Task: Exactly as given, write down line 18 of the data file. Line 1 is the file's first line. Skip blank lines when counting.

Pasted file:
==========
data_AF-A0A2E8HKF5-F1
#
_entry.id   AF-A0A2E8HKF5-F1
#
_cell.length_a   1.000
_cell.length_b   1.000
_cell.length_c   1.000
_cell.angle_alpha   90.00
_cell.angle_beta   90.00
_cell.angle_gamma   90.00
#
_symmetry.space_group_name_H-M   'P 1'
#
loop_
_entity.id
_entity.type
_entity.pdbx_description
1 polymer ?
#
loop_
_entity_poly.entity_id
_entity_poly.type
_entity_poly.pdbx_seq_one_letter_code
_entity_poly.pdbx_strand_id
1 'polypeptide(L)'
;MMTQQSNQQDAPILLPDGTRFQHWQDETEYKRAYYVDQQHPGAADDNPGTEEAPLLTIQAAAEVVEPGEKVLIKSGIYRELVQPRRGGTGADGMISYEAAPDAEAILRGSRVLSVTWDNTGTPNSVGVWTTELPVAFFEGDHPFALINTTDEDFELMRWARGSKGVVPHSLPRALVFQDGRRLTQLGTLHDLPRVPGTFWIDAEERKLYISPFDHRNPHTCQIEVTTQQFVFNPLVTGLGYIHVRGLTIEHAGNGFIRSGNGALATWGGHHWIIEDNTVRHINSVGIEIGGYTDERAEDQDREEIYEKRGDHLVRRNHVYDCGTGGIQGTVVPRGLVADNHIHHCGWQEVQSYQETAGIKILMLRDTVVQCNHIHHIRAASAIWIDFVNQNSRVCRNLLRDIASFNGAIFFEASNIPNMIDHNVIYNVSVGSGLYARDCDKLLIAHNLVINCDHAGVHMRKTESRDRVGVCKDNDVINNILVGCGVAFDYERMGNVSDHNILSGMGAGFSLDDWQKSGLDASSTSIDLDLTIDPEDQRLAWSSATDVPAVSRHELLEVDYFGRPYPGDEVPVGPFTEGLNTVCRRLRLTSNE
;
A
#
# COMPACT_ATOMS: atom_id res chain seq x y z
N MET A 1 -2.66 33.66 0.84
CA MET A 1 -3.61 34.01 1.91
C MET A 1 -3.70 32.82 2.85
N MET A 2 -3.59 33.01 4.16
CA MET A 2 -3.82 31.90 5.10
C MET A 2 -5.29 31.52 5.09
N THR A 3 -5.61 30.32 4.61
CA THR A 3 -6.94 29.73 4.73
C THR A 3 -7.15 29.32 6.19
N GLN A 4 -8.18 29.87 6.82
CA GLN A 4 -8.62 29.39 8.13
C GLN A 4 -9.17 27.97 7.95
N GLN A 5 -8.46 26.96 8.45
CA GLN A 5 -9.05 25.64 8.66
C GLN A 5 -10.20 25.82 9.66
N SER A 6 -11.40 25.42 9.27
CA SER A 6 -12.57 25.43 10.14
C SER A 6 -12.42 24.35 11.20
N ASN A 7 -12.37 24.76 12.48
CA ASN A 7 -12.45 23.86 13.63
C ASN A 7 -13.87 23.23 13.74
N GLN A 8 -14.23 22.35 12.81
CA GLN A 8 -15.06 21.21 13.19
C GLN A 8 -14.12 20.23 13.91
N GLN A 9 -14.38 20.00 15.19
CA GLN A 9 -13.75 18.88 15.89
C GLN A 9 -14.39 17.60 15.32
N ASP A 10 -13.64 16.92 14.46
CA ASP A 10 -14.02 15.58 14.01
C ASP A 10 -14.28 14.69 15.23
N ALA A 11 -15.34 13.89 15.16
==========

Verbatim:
1 polymer ?